Hearing the word self-discipline, many people might react with resistance. It sounds like an unnatural effort, an artificial constraint we put on ourselves that seems to be the opposite of freedom. But is it true? What does true freedom even mean? Is it to be free to do anything we desire? Or is it to be free to go beyond our desires and thus to be able to do what we deep down feel is right?
What Is Freedom?
Freedom is an abstract concept with many facets, and everyone might interpret it differently. Since it is nothing we can really grasp or measure, this blog post is more a philosophical investigation than a scientific discourse. It is not about defining freedom in an absolute sense, but about looking at it from a specific perspective. One that allows us to see that the seemingly opposing concepts of self-discipline and freedom are actually deeply interconnected and that they, in the end, even rely on each other to a certain degree.
So what is freedom? What exactly do we want to be free from? We could ask these questions in many different contexts, referring to aspects such as political or legal freedom. However, the concept I am elaborating on here refers to something else. It has nothing to do with external liberty or restriction. Instead, it is about a state of mind, an internal freedom. It is about being free from our own unconscious impulses and being able to always act on our deepest personal values. We can actually stop being a slave to our own mind, stop always submissively obeying its orders, and instead, begin to consciously choose our own destiny. This, in my opinion, is true freedom.
The Nature of Impulse and Desire
Most of us have certain habits we want to implement or change because deep down we feel that it would be the right thing to do. We might try to eat more healthily, exercise more, or work on our passion instead of spending our time scrolling through social media. So what is the reason it rarely works as planned? What makes us always fall back, break our resolutions, and do the things we know are “bad” for us?
Is it because we want that? Is it a conscious decision? Or would we actually love to stick to our resolutions, but instead often fall victim to our impulses? What is even controlling these impulses in the first place?
If we observe this dynamic closely, we can notice that we are actually not consciously controlling our impulses, but that they are controlling us instead. No matter what our ideals are regarding how we want to live our life, our momentary desires can overshadow them really quickly. As if a little devil sits on our shoulder, constantly convincing us to rather go for the short-term gratification than the long-term fulfillment. He makes us stay in our comfort zone and chase after the easiest forms of pleasure.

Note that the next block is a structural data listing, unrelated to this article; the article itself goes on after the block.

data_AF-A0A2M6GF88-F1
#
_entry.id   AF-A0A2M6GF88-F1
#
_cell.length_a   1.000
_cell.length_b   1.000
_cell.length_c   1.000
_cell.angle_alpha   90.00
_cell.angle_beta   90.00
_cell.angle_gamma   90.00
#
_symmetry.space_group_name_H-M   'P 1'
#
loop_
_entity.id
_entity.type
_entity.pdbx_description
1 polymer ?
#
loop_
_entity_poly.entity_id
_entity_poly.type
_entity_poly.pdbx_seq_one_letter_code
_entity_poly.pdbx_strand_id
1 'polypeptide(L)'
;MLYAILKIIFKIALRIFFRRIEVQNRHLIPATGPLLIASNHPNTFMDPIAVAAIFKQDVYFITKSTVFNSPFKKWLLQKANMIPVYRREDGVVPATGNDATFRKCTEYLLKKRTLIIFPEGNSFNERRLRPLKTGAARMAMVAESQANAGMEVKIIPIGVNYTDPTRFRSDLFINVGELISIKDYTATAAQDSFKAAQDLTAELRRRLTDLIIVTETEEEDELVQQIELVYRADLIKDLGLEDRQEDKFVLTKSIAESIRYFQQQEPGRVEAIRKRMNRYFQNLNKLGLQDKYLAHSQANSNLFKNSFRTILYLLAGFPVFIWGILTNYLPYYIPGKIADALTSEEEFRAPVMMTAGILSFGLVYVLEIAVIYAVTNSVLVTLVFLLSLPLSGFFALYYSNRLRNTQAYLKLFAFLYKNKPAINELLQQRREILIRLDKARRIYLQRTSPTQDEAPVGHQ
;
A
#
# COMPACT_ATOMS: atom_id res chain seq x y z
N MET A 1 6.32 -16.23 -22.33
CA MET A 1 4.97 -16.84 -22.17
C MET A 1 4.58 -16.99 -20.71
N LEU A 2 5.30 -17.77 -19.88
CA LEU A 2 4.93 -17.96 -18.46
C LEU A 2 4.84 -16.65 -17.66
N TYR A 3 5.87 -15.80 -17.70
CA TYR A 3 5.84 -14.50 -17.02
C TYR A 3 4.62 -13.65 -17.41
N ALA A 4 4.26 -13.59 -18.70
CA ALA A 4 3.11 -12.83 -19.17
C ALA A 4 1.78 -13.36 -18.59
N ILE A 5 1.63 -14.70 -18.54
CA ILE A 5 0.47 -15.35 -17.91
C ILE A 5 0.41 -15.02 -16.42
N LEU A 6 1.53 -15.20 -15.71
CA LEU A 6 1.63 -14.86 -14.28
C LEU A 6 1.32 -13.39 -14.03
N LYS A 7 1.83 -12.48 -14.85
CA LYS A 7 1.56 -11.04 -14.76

The reason why it is so hard to stick with our resolutions is that our willingness to do something often fluctuates greatly. One moment we might be really convinced that what we want is to eat healthily and not to indulge in candies or fast food. Yet in another moment, we might suddenly change our minds and let go of all our previous decisions. We can ignore all the initial reasons why we made this resolution, just because our minds changed their agenda. Sometimes it might feel as if we consciously decide to do so, but is it really true? Or could it be that it only seems so?
If we look back on our lives, did the decisions influenced by impulses and desires turn out to be the ones that felt right? What seems to be a better guide – our momentary impulses or our deepest values that we committed to in a more conscious state? Is it more free to always follow whatever our minds want or rather to be able to do what we deep down feel is right independent of our mood swings? How would we feel if we would practice self-discipline and do the things we resist instead of the things we crave?
The Mechanics of Self-Discipline